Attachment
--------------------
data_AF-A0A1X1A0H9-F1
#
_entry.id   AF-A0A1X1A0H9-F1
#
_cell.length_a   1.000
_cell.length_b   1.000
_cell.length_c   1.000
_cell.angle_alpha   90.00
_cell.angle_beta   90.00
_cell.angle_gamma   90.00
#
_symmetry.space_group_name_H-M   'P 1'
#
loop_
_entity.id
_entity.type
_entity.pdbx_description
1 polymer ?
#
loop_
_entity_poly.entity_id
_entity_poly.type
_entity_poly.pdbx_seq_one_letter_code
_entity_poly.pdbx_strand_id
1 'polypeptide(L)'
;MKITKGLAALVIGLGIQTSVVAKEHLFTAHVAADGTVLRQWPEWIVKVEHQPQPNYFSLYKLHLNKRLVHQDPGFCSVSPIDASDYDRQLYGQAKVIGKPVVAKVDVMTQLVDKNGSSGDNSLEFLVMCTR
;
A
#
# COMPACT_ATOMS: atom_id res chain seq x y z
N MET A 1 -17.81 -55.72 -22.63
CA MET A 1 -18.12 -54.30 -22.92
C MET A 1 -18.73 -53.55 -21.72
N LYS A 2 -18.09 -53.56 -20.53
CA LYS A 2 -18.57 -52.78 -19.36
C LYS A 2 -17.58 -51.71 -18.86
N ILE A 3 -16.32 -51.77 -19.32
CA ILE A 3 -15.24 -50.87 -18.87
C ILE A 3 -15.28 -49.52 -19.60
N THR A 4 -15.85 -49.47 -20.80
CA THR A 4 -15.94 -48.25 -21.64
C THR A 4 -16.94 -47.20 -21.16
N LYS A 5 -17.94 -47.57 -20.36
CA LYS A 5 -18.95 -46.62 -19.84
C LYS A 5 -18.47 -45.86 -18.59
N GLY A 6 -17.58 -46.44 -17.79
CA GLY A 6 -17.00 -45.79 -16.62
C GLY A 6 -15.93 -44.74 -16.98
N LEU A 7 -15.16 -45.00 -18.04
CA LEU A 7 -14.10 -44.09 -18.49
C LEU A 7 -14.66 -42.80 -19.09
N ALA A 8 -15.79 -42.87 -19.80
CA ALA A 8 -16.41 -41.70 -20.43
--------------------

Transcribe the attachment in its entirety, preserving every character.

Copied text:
data_AF-A0A1X1A0H9-F1
#
_entry.id   AF-A0A1X1A0H9-F1
#
_cell.length_a   1.000
_cell.length_b   1.000
_cell.length_c   1.000
_cell.angle_alpha   90.00
_cell.angle_beta   90.00
_cell.angle_gamma   90.00
#
_symmetry.space_group_name_H-M   'P 1'
#
loop_
_entity.id
_entity.type
_entity.pdbx_description
1 polymer ?
#
loop_
_entity_poly.entity_id
_entity_poly.type
_entity_poly.pdbx_seq_one_letter_code
_entity_poly.pdbx_strand_id
1 'polypeptide(L)'
;MKITKGLAALVIGLGIQTSVVAKEHLFTAHVAADGTVLRQWPEWIVKVEHQPQPNYFSLYKLHLNKRLVHQDPGFCSVSPIDASDYDRQLYGQAKVIGKPVVAKVDVMTQLVDKNGSSGDNSLEFLVMCTR
;
A
#
# COMPACT_ATOMS: atom_id res chain seq x y z
N MET A 1 -17.81 -55.72 -22.63
CA MET A 1 -18.12 -54.30 -22.92
C MET A 1 -18.73 -53.55 -21.72
N LYS A 2 -18.09 -53.56 -20.53
CA LYS A 2 -18.57 -52.78 -19.36
C LYS A 2 -17.58 -51.71 -18.86
N ILE A 3 -16.32 -51.77 -19.32
CA ILE A 3 -15.24 -50.87 -18.87
C ILE A 3 -15.28 -49.52 -19.60
N THR A 4 -15.85 -49.47 -20.80
CA THR A 4 -15.94 -48.25 -21.64
C THR A 4 -16.94 -47.20 -21.16
N LYS A 5 -17.94 -47.57 -20.36
CA LYS A 5 -18.95 -46.62 -19.84
C LYS A 5 -18.47 -45.86 -18.59
N GLY A 6 -17.58 -46.44 -17.79
CA GLY A 6 -17.00 -45.79 -16.62
C GLY A 6 -15.93 -44.74 -16.98
N LEU A 7 -15.16 -45.00 -18.04
CA LEU A 7 -14.10 -44.09 -18.49
C LEU A 7 -14.66 -42.80 -19.09
N ALA A 8 -15.79 -42.87 -19.80
CA ALA A 8 -16.41 -41.70 -20.43